While people complained about some issues they never believed that the pain now was not totally worth the promise of the future.

The second part of the FRA brief was just as important and time consuming as the first part, but results were not as dramatic or observable and people generally didn’t even know about this side of the operation.

FRA has a vast program of checking and measuring the condition of the total asset and does a great deal of restoration or prevention work to ensure the first requirement of their brief is met.

Roads are being resealed, gravelled, raised or cambered and drains and edges are being cleaned and deepened and smoothed to assist with wet weather operation.

Most of this goes unnoticed be the road users and certainly the constant regime of inspection and evaluation is invisible to the average driver.

There are times when FRA decides that the condition of the asset has reached a point where immediate action needs to be taken to protect it so they carry out some construction work.

At this point the driver becomes aware that something is happening but generally is not inconvenienced enough to complain.

However, when there is a need to make significant repairs to a bridge, drivers are impacted enough to become vocal and, all of a sudden, the inconvenience becomes FRA’s fault.

Lately there has been a shift in public attitude to the work FRA is doing and there is more complaining about inconvenience.  Nothing has changed with the FRA so what is the reason?

In the first few years FRA presented us with a grand plan and an exciting future with the changes they were planning.

We were going to enter a new era, the sort of roads that the leading overseas countries enjoyed, a safer and easier way to travel and the promise that we were entering a whole new era. And they delivered.

The Kings Road has opened the other half of Viti Levu with the sealing and upgrade that FRA undertook.

The road slip has been an issue but they moved quickly with some contingency plans and are sorting out the long term problem.

The Nadi and Suva four lane developments are still underway.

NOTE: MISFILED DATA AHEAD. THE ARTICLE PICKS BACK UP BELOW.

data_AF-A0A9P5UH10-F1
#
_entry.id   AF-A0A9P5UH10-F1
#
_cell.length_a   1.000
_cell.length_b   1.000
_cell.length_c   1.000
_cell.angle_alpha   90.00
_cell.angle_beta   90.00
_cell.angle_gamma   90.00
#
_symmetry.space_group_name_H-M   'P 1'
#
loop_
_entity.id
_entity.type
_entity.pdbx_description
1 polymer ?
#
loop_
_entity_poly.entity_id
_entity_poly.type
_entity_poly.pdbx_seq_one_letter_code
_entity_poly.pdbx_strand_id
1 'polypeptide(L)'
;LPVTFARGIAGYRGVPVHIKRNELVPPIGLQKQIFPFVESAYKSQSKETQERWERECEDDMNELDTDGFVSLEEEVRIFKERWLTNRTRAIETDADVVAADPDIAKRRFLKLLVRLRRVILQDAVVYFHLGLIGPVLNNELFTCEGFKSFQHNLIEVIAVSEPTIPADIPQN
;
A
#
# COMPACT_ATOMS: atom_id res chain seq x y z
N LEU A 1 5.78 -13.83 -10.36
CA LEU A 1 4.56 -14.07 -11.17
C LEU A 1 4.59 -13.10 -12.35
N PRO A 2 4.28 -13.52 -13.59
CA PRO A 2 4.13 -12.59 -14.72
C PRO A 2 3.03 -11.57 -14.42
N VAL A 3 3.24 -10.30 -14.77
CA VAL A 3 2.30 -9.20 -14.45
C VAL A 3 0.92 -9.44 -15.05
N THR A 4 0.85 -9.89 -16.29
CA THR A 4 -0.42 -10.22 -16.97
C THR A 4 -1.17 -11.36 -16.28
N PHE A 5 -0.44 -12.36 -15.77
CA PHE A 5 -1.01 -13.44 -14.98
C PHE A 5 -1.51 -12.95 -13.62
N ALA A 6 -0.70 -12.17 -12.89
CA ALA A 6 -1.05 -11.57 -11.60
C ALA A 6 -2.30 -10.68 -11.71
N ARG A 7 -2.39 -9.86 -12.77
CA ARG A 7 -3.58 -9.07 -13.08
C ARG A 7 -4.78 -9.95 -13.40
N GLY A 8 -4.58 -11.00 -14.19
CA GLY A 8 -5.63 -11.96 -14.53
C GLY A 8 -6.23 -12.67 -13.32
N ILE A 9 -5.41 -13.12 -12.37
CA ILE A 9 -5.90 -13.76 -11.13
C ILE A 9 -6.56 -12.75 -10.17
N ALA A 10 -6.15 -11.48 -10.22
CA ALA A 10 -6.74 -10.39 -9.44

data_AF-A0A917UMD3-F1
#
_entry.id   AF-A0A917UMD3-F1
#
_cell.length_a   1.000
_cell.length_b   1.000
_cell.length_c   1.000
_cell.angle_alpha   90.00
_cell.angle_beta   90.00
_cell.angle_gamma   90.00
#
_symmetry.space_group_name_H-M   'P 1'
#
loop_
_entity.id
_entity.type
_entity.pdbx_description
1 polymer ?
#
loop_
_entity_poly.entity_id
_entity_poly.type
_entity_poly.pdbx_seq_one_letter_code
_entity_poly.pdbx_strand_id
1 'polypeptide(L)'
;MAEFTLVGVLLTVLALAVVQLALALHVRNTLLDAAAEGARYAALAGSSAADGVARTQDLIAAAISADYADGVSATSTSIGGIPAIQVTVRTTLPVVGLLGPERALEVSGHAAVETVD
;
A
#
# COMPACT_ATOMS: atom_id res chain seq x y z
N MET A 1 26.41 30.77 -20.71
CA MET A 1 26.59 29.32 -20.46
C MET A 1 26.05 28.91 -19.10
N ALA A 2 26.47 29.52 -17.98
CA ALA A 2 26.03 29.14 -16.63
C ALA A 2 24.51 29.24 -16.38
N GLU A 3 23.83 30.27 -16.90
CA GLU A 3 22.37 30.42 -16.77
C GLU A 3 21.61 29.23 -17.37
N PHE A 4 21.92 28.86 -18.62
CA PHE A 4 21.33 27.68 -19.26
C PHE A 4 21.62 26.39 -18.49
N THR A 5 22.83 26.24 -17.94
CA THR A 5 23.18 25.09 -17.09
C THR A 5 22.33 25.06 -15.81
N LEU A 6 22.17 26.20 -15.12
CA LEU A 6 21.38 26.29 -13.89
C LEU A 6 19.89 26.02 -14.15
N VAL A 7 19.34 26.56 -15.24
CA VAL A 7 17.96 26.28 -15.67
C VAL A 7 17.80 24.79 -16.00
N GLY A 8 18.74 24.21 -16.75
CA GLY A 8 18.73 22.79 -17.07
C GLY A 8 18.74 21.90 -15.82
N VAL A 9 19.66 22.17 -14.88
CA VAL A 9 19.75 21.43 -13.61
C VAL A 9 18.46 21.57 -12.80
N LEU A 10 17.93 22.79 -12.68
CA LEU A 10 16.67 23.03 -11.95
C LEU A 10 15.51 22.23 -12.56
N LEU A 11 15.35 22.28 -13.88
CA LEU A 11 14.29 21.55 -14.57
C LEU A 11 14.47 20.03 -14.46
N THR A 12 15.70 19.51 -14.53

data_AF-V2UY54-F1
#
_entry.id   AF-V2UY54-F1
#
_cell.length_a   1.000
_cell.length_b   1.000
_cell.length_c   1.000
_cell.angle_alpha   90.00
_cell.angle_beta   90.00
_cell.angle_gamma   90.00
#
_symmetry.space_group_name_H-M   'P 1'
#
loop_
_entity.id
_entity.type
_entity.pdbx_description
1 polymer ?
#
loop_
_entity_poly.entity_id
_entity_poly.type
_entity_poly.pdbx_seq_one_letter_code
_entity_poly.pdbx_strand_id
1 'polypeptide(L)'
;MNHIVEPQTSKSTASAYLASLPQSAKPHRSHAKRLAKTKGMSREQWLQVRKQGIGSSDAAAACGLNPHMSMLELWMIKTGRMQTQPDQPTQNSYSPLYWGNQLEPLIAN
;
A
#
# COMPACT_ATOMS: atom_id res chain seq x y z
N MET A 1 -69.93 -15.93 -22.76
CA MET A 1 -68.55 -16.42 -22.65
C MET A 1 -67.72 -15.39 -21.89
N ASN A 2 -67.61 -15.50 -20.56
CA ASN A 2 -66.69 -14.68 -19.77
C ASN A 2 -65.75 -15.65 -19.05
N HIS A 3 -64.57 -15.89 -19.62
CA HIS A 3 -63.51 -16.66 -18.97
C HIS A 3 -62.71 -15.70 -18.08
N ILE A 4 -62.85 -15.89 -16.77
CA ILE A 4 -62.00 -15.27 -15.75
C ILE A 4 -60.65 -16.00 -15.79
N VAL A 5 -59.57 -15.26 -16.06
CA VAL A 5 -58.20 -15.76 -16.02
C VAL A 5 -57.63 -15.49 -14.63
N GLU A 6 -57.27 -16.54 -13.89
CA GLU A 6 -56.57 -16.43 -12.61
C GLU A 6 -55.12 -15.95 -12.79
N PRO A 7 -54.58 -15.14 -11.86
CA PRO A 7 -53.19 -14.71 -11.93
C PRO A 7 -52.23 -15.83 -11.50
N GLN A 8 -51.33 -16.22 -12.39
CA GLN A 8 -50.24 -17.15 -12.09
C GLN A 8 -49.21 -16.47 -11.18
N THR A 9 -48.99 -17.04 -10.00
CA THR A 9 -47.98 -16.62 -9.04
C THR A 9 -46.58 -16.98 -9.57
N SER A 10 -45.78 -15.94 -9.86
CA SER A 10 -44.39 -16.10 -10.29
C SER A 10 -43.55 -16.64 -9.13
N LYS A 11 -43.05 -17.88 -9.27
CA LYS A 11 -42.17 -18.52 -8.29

What has been completed so far has certainly been a revelation as to what a world class organisation can deliver when supported by the government, and in both cases the end of construction is in sight.

Major new bridge works are underway in a number of places and the jetties in many of the islands have seen the FRA attention.

The FRA operation certainly appears to have improved significantly. On broad review it looks as if FRA has been successful and continues to be so.

I can see no reason for an attitude amongst the public that FRA is not doing the job they did in 2013.

Indeed, I see signs that they have matured and are now more tightly focussed and effective, a couple of the sub-contractors appointed in the early days have dropped out because they could not deliver to the required standard and FRA have learnt a lot about the Fiji requirements since they started and are better informed than ever to fulfil their mandate.

Maybe we have grown used to the huge changes they bought about and are just a little blasé. That is sad, especially as the FRA continues to evolve and alter our environment in ways we can’t see.

Or maybe the FRA is talking more about what they have fixed than what changes they are still to bring us and how that will make our life better.

What really excited us at the start was the promises about how our lives would be improved, promises they delivered on.

They still have a lot to do and we should look forward to the future.